In a recent decision, Horizon Bank N.A. v. Marshalls Point Retreat LLC, No. 2016AP832, 2018 WI 19 (Mar. 6, 2018), the Wisconsin Supreme Court sent lenders a warning – be cognizant of the language used in guaranties, as an instrument for protection against defaults, as well as the language used in proposed stipulated judgments entered in a foreclosure proceeding. Specifically, the Court considered whether Wis. Stat. § 846.165 requires a circuit court to determine the amount of a guaranty credit at the time the foreclosure sale is confirmed, and whether a circuit court has the discretion to decouple guaranty-related rulings from underlying foreclosure sales.
In Horizon Bank, Plaintiff Horizon Bank, National Association (Horizon Bank) loaned $5 million to Marshalls Point Retreat LLC (Marshalls Point), secured by a mortgage on property (Property). Allen Musikantow, a member of Marshalls Point (the guarantor), signed a continuing guaranty of payment for the loan. After Marshalls Point had defaulted on the loan, Horizon Bank brought a foreclosure action against it and pursued a claim for a money judgment against the guarantor in the same proceeding under the terms of the guaranty.
The parties stipulated to the entry of judgment on both of Horizon Bank’s claims, including to the entry of the money judgment against the guarantor in excess of $4 million. In addition, the stipulation provided that “[t]he amount paid to [Horizon Bank] from the proceeds of said sale of the [Property] … shall be credited by [Horizon Bank] as payment on said monetary judgment.” At the sheriff’s sale, Horizon Bank bought the Property for a credit bid of $2.25 million. After Horizon Bank moved to confirm the sale, neither Marshalls Point nor the guarantor objected to the confirmation of sale; however, they both requested the circuit court to insert the language in the order protecting the guarantor from being bound to the amount of the winning bid as the amount of the credit. The circuit court granted Horizon Bank’s motion to confirm the sale. Yet, the circuit court declined to rule on the credit to be applied toward the judgment against the guarantor.
On appeal, Horizon Bank argued that the stipulation between the parties controlled the amount of the credit to be applied toward the judgment. The Wisconsin Court of Appeals agreed and remanded the matter back to the circuit court with the direction to amend the money judgment against the guarantor by applying a sole credit of $2.25 million.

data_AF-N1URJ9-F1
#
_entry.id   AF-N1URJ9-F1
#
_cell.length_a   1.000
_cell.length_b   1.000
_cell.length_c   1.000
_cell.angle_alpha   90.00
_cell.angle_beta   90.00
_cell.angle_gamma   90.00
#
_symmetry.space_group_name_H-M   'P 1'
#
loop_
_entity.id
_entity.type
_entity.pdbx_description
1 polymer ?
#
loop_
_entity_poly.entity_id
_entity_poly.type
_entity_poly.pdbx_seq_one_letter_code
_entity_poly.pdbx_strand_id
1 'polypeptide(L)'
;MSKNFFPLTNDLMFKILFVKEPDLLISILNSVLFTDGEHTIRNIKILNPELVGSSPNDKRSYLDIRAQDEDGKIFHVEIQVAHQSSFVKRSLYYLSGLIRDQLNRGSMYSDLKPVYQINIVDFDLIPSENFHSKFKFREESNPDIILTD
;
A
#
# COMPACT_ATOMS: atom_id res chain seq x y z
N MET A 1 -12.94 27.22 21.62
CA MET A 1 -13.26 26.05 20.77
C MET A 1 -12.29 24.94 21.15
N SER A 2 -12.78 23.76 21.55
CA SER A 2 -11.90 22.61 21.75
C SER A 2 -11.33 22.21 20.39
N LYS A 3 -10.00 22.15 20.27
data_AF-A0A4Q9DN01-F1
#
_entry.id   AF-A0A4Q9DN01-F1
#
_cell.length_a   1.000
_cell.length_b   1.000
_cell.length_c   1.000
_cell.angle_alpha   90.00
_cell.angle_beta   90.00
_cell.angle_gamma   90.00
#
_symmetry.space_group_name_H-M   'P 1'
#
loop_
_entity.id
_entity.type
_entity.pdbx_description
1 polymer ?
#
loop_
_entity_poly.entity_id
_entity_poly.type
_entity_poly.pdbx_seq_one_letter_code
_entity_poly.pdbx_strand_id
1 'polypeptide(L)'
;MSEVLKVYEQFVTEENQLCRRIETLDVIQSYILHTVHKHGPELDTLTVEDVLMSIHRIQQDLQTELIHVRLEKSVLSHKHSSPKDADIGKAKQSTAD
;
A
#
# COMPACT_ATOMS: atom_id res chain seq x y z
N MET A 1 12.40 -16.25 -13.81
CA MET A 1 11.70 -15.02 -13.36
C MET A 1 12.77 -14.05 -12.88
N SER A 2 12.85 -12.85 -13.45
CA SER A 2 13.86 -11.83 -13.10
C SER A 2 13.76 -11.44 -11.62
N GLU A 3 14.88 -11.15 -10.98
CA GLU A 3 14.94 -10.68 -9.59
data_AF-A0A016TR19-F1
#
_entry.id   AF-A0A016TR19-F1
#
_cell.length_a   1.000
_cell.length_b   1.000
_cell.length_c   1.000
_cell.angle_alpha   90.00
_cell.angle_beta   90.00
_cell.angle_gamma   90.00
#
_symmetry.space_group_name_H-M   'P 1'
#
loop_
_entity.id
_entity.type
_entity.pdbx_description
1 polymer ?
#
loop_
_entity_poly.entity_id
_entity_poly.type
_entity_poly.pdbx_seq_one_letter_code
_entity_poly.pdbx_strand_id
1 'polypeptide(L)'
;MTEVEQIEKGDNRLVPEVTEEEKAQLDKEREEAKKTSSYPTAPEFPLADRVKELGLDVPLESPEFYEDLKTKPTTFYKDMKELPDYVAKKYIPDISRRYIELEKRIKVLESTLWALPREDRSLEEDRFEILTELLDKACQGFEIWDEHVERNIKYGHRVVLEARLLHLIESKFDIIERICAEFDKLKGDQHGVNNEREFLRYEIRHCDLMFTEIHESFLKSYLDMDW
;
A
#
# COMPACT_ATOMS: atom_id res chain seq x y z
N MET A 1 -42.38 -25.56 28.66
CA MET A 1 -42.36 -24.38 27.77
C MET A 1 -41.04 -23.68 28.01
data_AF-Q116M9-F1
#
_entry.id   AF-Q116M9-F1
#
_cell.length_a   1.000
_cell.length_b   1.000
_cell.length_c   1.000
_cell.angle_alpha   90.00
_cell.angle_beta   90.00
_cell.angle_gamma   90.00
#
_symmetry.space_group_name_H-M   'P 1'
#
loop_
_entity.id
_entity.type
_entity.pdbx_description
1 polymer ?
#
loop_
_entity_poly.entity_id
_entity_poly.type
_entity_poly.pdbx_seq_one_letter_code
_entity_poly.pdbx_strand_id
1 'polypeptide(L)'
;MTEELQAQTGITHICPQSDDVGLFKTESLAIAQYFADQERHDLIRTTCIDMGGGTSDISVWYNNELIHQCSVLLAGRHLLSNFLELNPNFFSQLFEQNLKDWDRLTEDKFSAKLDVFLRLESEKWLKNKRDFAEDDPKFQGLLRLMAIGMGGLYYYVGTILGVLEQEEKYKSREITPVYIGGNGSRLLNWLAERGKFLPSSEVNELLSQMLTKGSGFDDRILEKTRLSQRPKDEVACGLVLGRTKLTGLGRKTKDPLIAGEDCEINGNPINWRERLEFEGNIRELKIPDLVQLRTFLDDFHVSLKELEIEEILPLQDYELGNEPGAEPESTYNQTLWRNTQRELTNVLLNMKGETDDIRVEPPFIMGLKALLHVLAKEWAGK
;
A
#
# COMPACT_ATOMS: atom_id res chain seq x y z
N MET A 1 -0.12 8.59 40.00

The Wisconsin Supreme Court reversed the decision of the Court of Appeals. The Supreme Court began its analysis by considering the plain language of Wis. Stat. § 846.165(2) and concluded that the statute does not apply to a judgment obtained against a third-party guarantor. The Supreme Court noted that the statute states that confirmation of sale cannot occur until the circuit court “is satisfied that the fair value of the premises sold has been credited on the mortgage debt, interest and costs.” Accordingly, the Supreme Court concluded, Wis. Stat. § 846.165 does not apply to credits toward a judgment on a guaranty—it applies only to the relationship between a mortgagee and mortgagor who signs a promissory note and does not require a circuit court to make a determination of a guaranty credit at the time a foreclosure is confirmed.
The Supreme Court further held that when an action for foreclosure against a mortgagor and an action for a money judgment on a guaranty are brought in the same proceeding, the circuit court may, in its discretion, decide the amount of a credit to be applied to a judgment on a guaranty either at the time the sale is confirmed or at another time.
Finally, the Supreme Court held that the stipulation between the parties did not establish that the amount of the winning bid at the sheriff’s sale shall be the sole credit toward the money judgment against the guarantor. The Supreme Court noted that the parties’ stipulation was ambiguous as to the amount of the total credit. Accordingly, the Supreme Court reversed the decision of the Court of Appeals and remanded the case to the circuit court for further proceedings to determine the amount of the credit to be applied toward the judgment against the guarantor.
Practical Advice to Lenders
Given the Supreme Court’s ruling in Horizon Bank, lenders utilizing guaranties as an instrument for protection against defaults should carefully evaluate the language of the guaranties they use, as well as any proposed stipulated judgments they enter into. Any ambiguity in guaranties or stipulations for judgment may undermine the protections lenders seek to receive by obtaining guaranties or by stipulating to judgments of foreclosure. For example, the lender in Horizon Bank could have possibly avoided the unfavorable outcome had its guaranty or the stipulation with the guarantor stated that the guarantor was entitled to be credited only for the amount of proceeds of collateral received at a foreclosure sale.
If you are interested in discussing how Michael Best can assist you in reviewing your guaranties or any other loan documents, please contact your Michael Best attorney, or Victor J. Allen.